(Type C Escort by Takeshi Yuki scanned from "Color Paintings of Japanese Warships")

IJN Escort CD-77:
Tabular Record of Movement

© 2009-2014 Bob Hackett and Peter Cundall

Revision 2

2 November 1944:
Tsurumi. Laid down at Nippon Kokan K. K.'s shipyard.

18 December 1944:
Launched and numbered CD-77.

31 March 1945:
Completed and registered in the IJN.

21 April 1945:
CD-77, CD-196, CD-198 and CD-221 depart Maizuru en route to Nanao.

15 August 1945:
Japan accepts the Allies “Potsdam Declaration” (of unconditional surrender) and hostilities cease.

30 November 1945:
Removed from the Navy List.

1 December 1945:
Assigned to the Allied Occupation Powers as a minesweeper. [1]

March 1946:
Operating off Kikai Jima with kaibokan YASHIRO, KURAHASHI CD-48 and CD-49 together with US minesweepers USS SHOVELER (AM-382) and USS REDSTART (AM-378). When not minesweeping the ships were anchoring off Amami-Oshima.

18 June 1947:
Dai-ichi Building, Tokyo. Japanese warships are to be divided into four roughly equal lots among the "Big Four" victorious nations (i.e. U.S., U.K., USSR, China). Vice Admiral Robert M. Griffin, commander of U.S. Naval Forces, Far East, conducts the first drawing of lots that includes a total of 24 destroyers and 68 kaibokan. The Soviet Union is allotted 34 former IJN warships, including 7 destroyers and 17 escort vessels.

28 August 1947:
Nakhodka Bay, Siberia, Maritime Province. CH-77 is ceded to the Soviet Navy as a war reparation.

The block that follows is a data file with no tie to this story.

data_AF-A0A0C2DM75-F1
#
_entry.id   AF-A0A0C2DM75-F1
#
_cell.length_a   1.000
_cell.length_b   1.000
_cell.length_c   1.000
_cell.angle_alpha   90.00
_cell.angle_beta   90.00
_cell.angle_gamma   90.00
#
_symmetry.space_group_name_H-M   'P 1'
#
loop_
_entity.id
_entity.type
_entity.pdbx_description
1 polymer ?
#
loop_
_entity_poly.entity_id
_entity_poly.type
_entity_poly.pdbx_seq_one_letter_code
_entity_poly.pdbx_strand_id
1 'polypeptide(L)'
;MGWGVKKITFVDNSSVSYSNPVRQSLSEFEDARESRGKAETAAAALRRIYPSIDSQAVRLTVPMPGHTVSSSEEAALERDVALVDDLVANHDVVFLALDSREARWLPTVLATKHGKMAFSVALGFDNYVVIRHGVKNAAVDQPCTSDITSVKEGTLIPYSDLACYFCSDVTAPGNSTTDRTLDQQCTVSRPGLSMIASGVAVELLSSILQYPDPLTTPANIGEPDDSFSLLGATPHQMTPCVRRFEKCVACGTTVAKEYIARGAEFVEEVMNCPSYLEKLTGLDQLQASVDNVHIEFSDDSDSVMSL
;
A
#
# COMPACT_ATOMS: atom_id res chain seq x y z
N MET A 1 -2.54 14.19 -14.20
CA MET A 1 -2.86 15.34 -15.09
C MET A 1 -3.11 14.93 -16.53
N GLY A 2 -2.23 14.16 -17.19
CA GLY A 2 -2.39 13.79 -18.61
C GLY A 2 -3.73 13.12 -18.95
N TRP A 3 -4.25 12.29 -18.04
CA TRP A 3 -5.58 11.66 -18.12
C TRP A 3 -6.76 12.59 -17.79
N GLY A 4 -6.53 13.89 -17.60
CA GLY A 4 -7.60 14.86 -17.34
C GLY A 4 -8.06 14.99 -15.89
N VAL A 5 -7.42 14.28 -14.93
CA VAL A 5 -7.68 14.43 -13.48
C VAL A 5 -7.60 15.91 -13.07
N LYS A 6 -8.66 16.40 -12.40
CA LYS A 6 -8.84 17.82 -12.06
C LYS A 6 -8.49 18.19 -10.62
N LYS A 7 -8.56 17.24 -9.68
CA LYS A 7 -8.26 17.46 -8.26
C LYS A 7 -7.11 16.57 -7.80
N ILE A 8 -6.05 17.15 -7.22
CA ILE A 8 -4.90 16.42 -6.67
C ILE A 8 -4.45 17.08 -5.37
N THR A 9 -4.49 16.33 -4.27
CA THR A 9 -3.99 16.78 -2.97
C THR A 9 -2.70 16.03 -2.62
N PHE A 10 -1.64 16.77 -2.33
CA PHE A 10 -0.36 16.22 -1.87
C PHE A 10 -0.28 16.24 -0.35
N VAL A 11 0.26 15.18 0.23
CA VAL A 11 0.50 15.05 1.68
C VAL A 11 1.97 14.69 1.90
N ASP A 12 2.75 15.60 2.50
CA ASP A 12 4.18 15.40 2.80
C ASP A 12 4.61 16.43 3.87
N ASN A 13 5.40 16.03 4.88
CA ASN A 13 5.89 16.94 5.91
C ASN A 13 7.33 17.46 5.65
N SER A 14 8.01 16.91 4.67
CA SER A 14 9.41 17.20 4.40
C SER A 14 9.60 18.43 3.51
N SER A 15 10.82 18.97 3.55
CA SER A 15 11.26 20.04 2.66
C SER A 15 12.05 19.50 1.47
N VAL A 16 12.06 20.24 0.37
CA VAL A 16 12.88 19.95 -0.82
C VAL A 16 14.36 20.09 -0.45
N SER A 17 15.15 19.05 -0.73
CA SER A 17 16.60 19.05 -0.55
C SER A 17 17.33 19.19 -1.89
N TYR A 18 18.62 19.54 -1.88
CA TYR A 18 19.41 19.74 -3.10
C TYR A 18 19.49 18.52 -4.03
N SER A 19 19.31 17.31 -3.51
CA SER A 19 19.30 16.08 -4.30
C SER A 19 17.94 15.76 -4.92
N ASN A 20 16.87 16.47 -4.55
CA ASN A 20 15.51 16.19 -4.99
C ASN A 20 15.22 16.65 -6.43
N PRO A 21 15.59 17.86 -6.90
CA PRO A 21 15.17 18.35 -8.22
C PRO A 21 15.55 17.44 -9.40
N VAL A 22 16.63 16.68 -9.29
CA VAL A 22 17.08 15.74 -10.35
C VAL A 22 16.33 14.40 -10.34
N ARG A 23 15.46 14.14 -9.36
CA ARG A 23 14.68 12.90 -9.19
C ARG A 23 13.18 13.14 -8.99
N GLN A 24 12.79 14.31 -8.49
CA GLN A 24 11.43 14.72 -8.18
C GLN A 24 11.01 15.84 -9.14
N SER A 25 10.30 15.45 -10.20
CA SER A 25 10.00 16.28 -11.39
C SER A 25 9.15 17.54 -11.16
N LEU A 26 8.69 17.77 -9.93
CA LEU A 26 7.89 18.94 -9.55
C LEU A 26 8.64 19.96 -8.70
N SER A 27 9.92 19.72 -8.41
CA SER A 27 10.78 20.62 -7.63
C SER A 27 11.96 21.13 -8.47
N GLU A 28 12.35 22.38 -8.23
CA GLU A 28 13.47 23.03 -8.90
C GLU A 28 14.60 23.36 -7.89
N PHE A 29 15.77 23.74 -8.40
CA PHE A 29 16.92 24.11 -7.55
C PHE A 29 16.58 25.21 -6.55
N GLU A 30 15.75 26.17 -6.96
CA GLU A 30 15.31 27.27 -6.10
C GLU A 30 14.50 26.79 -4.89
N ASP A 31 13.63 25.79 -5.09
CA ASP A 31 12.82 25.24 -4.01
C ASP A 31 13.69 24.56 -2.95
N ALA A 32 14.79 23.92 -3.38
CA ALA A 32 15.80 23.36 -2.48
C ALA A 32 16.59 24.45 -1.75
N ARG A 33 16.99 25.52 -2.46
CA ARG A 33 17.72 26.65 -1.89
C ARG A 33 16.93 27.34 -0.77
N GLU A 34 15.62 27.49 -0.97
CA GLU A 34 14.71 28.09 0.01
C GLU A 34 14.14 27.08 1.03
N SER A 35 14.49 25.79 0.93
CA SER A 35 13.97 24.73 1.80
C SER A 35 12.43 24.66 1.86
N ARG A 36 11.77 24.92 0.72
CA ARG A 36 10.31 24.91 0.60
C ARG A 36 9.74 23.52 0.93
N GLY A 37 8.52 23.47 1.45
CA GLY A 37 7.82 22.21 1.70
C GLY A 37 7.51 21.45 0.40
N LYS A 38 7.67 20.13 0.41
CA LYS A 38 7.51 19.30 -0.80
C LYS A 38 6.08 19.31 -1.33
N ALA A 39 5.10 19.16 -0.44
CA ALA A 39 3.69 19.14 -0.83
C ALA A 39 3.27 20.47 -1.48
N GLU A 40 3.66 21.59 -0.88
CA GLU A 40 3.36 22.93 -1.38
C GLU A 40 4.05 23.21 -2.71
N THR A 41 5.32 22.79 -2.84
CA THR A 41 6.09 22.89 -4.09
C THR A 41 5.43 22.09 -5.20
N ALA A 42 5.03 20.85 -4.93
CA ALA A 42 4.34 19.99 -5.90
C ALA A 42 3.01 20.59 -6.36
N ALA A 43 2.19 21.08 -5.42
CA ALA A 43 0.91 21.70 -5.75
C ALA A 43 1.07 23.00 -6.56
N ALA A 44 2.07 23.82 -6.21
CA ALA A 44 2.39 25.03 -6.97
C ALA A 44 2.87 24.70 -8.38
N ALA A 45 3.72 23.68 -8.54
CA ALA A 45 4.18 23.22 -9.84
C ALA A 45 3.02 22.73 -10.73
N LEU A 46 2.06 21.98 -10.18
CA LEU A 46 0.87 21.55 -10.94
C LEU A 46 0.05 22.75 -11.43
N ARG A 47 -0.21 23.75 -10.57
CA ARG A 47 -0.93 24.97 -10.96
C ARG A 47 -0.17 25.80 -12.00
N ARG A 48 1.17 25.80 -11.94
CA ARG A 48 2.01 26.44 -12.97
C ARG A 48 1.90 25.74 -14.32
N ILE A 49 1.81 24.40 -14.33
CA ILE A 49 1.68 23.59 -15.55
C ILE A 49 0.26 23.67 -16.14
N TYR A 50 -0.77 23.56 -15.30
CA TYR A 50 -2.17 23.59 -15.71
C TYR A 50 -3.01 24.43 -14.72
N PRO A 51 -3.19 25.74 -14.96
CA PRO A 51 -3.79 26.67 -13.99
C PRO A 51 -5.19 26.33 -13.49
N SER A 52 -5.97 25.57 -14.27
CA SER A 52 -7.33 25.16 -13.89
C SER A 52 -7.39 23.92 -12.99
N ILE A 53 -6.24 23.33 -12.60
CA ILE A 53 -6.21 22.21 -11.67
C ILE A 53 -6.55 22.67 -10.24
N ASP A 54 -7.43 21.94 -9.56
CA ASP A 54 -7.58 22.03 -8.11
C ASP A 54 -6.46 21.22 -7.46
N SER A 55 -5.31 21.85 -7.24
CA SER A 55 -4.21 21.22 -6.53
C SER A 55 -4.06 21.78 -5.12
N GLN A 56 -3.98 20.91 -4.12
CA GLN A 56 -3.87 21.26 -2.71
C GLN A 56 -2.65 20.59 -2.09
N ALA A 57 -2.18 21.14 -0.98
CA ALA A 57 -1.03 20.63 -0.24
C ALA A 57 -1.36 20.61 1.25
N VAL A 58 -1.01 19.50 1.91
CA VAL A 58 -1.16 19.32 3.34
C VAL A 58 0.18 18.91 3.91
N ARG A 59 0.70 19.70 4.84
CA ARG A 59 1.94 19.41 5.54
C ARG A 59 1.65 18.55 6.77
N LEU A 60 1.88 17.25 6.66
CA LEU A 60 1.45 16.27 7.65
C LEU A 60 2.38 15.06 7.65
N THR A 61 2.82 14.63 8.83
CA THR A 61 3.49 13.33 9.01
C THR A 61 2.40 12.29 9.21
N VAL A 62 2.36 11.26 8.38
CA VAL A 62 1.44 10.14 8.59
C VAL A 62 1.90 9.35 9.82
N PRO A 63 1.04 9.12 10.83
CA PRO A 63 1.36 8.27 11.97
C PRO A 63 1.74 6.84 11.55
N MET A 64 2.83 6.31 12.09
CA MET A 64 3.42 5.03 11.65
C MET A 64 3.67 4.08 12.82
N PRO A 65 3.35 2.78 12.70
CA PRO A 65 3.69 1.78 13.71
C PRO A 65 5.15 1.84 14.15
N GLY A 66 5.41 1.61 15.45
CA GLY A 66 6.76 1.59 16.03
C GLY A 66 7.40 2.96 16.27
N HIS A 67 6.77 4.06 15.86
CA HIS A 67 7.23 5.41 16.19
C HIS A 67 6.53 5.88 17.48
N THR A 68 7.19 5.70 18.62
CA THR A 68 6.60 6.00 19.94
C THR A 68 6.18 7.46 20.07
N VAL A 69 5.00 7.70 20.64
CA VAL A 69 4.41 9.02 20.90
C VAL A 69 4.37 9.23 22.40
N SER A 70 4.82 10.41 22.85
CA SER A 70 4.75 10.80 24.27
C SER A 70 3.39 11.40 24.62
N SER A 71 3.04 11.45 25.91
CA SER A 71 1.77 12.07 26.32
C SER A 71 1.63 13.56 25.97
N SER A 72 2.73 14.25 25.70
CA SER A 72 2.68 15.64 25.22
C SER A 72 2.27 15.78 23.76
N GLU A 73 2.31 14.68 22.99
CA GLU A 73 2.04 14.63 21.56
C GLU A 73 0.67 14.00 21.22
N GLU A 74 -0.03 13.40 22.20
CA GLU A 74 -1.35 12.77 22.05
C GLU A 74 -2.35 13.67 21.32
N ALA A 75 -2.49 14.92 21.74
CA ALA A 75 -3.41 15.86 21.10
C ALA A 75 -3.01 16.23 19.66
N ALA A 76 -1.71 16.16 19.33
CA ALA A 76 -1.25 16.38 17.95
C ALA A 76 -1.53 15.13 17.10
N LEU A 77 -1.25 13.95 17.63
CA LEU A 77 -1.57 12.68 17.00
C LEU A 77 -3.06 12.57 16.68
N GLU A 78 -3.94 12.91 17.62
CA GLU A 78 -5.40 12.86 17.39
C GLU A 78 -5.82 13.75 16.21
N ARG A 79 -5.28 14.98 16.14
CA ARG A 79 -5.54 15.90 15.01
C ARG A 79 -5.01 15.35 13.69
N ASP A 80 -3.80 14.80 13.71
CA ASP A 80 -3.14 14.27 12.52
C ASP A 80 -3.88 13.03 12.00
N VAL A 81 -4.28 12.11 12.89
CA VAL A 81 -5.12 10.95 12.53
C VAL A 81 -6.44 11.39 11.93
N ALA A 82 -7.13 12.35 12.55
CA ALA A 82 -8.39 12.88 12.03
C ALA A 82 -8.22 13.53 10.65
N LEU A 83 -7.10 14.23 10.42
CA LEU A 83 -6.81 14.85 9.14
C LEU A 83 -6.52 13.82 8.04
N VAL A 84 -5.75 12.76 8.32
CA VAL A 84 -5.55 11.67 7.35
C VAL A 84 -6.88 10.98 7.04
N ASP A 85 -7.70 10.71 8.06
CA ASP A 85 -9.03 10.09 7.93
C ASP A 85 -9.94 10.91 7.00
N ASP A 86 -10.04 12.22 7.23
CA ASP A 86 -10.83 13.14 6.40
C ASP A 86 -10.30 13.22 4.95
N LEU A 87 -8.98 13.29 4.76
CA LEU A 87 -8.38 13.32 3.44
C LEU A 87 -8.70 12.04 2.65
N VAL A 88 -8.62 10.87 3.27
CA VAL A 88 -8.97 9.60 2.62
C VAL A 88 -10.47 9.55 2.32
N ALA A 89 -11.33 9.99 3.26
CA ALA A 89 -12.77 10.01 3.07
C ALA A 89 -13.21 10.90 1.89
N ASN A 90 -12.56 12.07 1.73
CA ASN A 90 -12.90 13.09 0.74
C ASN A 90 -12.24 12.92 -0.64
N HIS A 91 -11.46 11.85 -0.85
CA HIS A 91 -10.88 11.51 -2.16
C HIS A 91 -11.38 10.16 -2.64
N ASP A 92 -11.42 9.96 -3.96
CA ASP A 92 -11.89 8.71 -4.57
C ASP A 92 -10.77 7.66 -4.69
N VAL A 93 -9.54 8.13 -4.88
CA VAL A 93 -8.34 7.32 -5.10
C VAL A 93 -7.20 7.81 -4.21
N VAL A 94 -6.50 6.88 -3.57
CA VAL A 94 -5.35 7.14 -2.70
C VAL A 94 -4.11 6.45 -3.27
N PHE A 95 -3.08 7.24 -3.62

Late October 1947:
Transferred to Vladivostok.

Authors' Note:
[1] In 1945, the U. S. Army Air Force launched a five-phased campaign known as “Operation Starvation” to mine Japan’s home waters. The USAAF used 80 to 100 B-29 “Super Fortress” heavy bombers of the 21st Bomber Command based at Tinian in the Marianas. The B-29s could carry seven 2,000 lb. or twelve 1,000 lb. mines.

Beginning on 27 March 1945 and continuing until 5 August 1945, the B-29s flew 1,529 nighttime radar sorties and laid 4,900 magnetic, 3,500 acoustic, 2,900 pressure and 700 low-frequency mines for a total of more than 12,000 mines laid in Japanese waters. These mines sank 294 ships, damaged 137 beyond repair and damaged another 239 that could be repaired. The total was 1, 250,000 tons sunk or damaged or about 75 percent of Japanese shipping available in March 1945. Only 15 B-29s were lost during the mining campaign.

Postwar, removal of these mines posed a major challenge for the Allied Occupation Forces. They pressed 269 Japanese ships of various types into mine sweeping service to augment their own efforts.

Thanks to Mr. Gilbert Casse of France and M Willmann.

-Bob Hackett and Peter Cundall

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